There have been a number of reports and proposals flying about recently. An interesting one just published was commissioned by the Residential Landlords Association (RLA).
Here Professor Michael Ball of the Henley Business School, University of Reading has reported on recent proposals (for example by Shelter and the government) to introduce longer fixed terms and rent regulation.
His findings are interesting.
To get the full flavour you need to read the whole report but here are a few of the more important points made:
- The proposals would probably de-stabilise the industry
- Landlords would face higher risks and fewer returns
- The most vulnerable tenants would also lose under the proposed systems
- References to practices in Europe ignore key factors such as the greater tax breaks and subsidies available in those countries, and are therefore misleading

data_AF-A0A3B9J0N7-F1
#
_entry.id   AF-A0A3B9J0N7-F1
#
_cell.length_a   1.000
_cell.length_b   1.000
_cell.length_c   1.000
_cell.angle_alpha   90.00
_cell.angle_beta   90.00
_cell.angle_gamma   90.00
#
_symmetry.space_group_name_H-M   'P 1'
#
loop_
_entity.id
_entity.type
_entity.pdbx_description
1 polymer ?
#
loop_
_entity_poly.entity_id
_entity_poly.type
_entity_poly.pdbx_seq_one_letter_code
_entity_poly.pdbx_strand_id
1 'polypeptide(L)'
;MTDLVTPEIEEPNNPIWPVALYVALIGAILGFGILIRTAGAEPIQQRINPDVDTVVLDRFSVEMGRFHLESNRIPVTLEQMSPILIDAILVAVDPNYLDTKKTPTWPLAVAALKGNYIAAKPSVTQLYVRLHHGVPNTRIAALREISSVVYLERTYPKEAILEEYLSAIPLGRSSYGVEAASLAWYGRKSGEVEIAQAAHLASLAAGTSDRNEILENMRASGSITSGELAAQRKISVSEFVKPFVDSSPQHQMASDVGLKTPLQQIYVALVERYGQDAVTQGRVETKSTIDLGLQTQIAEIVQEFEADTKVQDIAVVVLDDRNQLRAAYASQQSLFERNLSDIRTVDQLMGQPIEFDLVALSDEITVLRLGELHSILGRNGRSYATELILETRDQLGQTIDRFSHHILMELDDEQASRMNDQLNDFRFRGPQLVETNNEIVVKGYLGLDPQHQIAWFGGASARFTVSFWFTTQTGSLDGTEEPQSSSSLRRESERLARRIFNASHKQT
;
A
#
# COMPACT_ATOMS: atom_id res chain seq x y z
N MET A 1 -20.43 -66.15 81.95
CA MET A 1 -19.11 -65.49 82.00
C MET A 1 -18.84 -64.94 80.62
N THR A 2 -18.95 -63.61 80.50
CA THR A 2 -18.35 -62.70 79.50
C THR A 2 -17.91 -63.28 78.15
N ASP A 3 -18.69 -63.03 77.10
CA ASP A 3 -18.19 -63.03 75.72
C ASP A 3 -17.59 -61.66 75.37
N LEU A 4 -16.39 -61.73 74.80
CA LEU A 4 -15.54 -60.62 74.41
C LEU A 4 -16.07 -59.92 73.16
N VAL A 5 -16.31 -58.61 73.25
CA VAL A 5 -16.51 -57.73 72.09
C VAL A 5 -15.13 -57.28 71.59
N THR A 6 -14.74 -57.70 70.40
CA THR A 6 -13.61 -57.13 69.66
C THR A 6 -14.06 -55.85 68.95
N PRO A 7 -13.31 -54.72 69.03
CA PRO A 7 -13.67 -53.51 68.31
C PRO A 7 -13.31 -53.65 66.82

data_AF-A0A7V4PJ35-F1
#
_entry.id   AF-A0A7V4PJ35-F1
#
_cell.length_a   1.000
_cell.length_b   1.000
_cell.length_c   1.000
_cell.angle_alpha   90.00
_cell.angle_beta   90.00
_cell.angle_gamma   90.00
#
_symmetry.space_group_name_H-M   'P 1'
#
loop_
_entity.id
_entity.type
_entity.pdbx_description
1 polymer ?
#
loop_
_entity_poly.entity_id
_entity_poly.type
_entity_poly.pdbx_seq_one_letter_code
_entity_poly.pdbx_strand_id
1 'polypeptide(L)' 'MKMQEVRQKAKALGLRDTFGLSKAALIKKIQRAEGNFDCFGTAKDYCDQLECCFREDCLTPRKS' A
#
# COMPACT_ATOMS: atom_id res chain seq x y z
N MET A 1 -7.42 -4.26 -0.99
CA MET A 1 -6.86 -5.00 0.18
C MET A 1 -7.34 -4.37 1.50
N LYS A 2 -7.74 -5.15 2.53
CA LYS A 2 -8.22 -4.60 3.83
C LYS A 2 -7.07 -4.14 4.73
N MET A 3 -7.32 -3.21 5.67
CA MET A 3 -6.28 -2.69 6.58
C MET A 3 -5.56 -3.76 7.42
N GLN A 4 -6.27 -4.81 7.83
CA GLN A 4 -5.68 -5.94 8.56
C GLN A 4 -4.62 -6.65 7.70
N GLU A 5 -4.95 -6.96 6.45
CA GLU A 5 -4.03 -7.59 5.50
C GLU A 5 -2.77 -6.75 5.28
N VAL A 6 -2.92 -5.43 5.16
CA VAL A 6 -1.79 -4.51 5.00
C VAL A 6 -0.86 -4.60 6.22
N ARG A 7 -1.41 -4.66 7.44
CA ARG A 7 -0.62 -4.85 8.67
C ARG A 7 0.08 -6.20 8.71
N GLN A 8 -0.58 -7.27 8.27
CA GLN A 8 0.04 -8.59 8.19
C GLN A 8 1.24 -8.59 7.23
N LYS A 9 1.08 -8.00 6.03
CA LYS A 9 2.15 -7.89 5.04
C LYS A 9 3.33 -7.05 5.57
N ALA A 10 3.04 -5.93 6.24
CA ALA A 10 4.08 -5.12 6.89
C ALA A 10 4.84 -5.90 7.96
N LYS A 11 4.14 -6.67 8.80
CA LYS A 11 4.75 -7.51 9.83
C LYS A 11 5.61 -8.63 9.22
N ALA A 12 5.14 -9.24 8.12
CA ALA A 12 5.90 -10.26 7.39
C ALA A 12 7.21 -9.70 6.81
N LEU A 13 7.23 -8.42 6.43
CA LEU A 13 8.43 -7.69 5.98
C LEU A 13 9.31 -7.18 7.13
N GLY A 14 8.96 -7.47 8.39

- It is already possible for tenants to stay long term in rented accommodation as most landlords want this and will often allow lower rents to good long term tenants – but crucially this is by agreement from both parties and not enforced from above
- The UK needs more homes, not more regulation which will put off investment
This is a good report and makes a lot of telling points (although I have not had time to read it in detail yet).
The problem with all the ‘solutions’ offered today is that they are not addressing the real underlying problem.
The real problem in housing today is the chronic shortage of housing which successive governments have completely ignored (apart from Gordon Brown for a short period before it all went wrong for him).
The only real solution to the housing problems we have today is to build more houses. The problems brought about by an undersupply of houses is not going to be solved by fiddling about with the rules under which people live in the houses that are available.